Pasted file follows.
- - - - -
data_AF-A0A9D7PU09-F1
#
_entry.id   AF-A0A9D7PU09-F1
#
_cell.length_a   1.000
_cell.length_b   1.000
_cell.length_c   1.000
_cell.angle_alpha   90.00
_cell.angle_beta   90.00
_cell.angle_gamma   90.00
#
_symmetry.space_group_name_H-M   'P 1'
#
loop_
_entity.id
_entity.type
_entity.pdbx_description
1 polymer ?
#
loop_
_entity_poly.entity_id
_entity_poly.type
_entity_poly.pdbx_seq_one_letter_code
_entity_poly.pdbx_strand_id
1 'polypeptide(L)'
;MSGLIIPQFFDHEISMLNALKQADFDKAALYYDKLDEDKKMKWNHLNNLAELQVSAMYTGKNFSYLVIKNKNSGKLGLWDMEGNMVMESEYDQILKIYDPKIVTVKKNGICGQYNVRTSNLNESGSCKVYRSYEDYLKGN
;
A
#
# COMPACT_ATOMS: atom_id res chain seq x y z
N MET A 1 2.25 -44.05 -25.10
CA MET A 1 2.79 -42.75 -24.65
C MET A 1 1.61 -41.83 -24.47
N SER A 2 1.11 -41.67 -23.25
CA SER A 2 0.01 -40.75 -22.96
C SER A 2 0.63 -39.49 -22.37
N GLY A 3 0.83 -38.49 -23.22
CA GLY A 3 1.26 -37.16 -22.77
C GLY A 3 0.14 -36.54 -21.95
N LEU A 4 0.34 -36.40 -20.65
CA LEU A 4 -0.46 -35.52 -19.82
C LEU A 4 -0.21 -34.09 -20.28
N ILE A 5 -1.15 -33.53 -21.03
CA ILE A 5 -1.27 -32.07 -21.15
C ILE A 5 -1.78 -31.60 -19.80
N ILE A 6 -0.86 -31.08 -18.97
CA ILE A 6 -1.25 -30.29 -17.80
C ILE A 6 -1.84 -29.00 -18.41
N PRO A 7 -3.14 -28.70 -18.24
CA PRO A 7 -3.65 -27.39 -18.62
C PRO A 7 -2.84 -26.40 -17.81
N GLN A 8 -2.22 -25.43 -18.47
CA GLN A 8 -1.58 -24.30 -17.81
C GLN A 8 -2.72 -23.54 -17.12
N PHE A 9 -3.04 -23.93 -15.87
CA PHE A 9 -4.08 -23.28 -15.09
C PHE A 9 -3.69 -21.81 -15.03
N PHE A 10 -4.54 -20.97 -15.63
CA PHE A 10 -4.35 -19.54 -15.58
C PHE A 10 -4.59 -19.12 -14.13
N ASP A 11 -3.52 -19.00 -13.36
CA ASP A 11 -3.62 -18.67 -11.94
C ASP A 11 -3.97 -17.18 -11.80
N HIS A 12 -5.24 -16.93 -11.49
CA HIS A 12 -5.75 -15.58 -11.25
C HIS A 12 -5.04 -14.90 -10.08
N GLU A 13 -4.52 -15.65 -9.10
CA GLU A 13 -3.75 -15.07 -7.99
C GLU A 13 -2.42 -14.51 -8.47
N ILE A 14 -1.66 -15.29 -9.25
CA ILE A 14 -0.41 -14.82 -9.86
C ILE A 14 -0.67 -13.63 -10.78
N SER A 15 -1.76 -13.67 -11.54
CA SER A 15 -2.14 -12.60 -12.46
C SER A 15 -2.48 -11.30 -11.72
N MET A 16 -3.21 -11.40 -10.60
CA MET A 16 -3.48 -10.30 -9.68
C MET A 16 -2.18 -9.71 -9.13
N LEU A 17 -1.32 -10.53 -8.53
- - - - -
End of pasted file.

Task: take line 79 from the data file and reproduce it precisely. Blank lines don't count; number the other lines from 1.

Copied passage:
N LEU A 17 -1.32 -10.53 -8.53